The name Sloyd or Slöjd originally meant handy or skillful, and refers to the making of crafts, primarily woodwork but also paper-folding and sewing. Otto Salomon, with the financial support of his uncle August Abrahamson, a wealthy Swedish businessman, started a school for teachers in Nääs (now a part of the Swedish city of Floda) in the 1870s. The school attracted students from throughout the world and was active until around 1960.
Educational Sloyd's purpose was formative in that it was thought that the benefits of handicrafts in general education built the character of the child, encouraging moral behavior, greater intelligence, and industriousness. Sloyd had a noted impact on the early development of manual training, manual arts, industrial education and technical education.
The major points of Sloyd introduction in the United States were Gustaf Larsson's Sloyd Teacher Training School (now the North Bennet Street School) in Boston, and at the Baron DeHirsch Trade School in NYC. Gustaf Larsson wrote a number of books about Sloyd and Sloyd education, and B.B. Hoffmann, principal of the Baron De Hirsch Trade School, also published an important text. Ednah Anne Rich, a graduate of Gustaf Larsson's school in Boston and of the Sloyd Training School at Nääs started Sloyd teacher training in Santa Barbara. In a few years, Sloyd was being taught in hundreds of schools throughout the US.
In “Educational Sloyd,” as devised by Otto Salomon in the 1870s, woodworking projects were designed to build incrementally on the child’s growing skill. This was accomplished by making the projects grow in degree of difficulty over a period of time, through the introduction of complexity of shape and procedures and through the gradual introduction of more difficult woodworking tools. Salomon believed that the teacher should carefully study and know each child. It was said that from the student’s perspective, no project should be any more difficult than the immediately preceding project. Sloyd was taught through the use of series of models, growing in difficulty and complexity that the students were supposed to accurately reproduce without interference from the teacher. Salomon developed "exercises" in the use of various tools leading to proficiency in the making of models. The exercises in the use of various tools were developed through careful study by Salomon, but he also encouraged that model series be adapted and made relevant to the various cultures in which Sloyd was taught. The objects in the model series were designed to be useful to the child and his family, thereby building a relationship of good will and mutual support in the child's education.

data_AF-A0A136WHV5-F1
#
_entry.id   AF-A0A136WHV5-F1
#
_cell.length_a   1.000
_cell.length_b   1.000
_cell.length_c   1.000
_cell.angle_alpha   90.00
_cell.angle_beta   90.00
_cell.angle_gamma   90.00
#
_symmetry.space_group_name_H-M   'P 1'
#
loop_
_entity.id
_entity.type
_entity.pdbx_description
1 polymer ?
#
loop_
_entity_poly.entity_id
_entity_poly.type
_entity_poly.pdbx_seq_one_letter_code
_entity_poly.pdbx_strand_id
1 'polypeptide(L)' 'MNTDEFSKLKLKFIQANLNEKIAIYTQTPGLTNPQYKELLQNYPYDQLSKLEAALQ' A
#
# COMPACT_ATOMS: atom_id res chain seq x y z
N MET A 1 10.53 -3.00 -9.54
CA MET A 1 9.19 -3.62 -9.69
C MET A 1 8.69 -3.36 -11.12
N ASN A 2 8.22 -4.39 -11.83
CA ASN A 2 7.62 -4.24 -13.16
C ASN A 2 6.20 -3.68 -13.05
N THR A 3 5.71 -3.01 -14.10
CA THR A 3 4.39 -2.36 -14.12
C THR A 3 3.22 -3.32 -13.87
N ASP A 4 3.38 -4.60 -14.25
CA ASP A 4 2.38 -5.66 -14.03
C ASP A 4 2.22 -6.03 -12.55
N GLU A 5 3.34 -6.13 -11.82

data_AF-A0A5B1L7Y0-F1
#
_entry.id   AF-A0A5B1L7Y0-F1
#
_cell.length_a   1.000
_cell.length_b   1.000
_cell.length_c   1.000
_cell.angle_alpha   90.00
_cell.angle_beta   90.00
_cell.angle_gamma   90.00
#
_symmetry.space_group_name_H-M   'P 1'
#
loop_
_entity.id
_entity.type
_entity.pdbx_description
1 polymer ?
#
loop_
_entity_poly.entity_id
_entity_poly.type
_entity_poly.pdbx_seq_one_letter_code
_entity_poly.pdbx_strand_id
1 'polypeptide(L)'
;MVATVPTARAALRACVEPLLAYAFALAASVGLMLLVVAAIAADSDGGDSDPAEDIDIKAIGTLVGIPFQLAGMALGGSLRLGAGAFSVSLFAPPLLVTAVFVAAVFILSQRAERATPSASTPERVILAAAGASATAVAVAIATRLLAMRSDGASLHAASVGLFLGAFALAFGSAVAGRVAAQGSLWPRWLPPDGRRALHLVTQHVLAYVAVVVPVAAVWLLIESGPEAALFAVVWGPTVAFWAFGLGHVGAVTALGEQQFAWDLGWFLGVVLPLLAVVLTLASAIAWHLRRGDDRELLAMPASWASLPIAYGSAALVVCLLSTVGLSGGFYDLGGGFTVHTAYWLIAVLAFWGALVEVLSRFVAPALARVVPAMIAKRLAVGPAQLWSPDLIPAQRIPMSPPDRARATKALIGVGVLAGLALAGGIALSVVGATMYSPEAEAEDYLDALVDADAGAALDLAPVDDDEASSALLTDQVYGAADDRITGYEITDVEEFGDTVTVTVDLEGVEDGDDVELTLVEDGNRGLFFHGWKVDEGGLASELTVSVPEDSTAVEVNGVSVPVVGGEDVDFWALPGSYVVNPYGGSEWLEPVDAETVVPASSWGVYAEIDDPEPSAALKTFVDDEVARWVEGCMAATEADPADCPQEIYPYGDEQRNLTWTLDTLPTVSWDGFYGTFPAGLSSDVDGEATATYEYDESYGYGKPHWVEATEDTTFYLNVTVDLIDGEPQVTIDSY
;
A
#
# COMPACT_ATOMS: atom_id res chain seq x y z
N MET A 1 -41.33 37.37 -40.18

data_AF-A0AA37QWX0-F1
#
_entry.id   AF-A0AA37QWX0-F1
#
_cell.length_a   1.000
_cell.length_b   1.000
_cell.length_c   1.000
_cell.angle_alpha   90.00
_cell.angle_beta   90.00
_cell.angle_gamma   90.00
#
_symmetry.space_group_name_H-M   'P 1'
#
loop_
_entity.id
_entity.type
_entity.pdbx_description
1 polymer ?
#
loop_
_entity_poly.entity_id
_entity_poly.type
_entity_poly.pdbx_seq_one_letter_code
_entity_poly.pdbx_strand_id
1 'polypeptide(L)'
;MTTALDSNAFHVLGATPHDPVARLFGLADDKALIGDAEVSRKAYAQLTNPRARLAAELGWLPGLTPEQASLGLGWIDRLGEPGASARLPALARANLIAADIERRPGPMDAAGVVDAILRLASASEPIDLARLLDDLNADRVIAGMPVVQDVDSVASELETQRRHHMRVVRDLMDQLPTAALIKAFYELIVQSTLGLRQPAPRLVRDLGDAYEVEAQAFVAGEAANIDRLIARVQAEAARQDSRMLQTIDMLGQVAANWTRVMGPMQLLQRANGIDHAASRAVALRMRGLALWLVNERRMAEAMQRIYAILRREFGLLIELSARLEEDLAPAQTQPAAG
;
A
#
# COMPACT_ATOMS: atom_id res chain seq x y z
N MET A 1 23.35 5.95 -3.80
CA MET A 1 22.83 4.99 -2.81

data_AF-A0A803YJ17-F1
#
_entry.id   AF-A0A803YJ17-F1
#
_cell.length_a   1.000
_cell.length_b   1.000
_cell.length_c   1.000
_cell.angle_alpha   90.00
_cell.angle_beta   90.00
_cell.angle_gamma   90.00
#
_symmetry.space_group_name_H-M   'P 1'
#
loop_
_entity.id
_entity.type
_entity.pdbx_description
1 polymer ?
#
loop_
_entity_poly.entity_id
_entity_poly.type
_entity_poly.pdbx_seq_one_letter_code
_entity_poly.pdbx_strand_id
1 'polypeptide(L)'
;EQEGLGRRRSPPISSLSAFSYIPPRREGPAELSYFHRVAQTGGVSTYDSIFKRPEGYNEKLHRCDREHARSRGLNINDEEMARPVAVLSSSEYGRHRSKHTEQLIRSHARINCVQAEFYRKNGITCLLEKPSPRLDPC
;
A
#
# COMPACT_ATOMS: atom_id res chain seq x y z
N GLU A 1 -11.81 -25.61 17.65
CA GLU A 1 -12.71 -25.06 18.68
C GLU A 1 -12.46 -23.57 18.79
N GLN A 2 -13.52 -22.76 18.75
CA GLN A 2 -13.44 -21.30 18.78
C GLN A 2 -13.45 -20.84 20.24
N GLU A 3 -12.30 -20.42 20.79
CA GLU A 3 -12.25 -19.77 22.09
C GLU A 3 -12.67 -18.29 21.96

"Paper Sloyd," in particular, was intended as a preparation for woodworking and sewing, which were considered more difficult work appropriate for older students. The book "Paper Sloyd for Primary Grades" suggests that the craft's benefits for the student included the following: "Observation is quickened; eyes are trained to see right lines and distances, thus aiding in free-hand drawing and writing; while the hand and wrist muscles, being used for a definite purpose, unconsciously become obedient assistants.
Paper Sloyd consisted of paper folding which resembles the Japanese art of origami, but involves more cutting and gluing. Projects might include folding a case for a comb or whiskbroom, a box for candies or pencils, pinwheels, a "match scratcher," a blotting pad, or a penwiper.
Sloyd differed from other forms of manual training in its adherence to a set of distinct pedagogical principles. These were: that instruction should move from the known to the unknown, from the easy to the more difficult, from the simple to the more complex, from the concrete to the abstract and the products made in sloyd should be practical in nature and build the relationship between home and school. Sloyd, unlike its major rival, "the Russian system" promoted by Victor Della Vos, was designed for general rather than vocational education.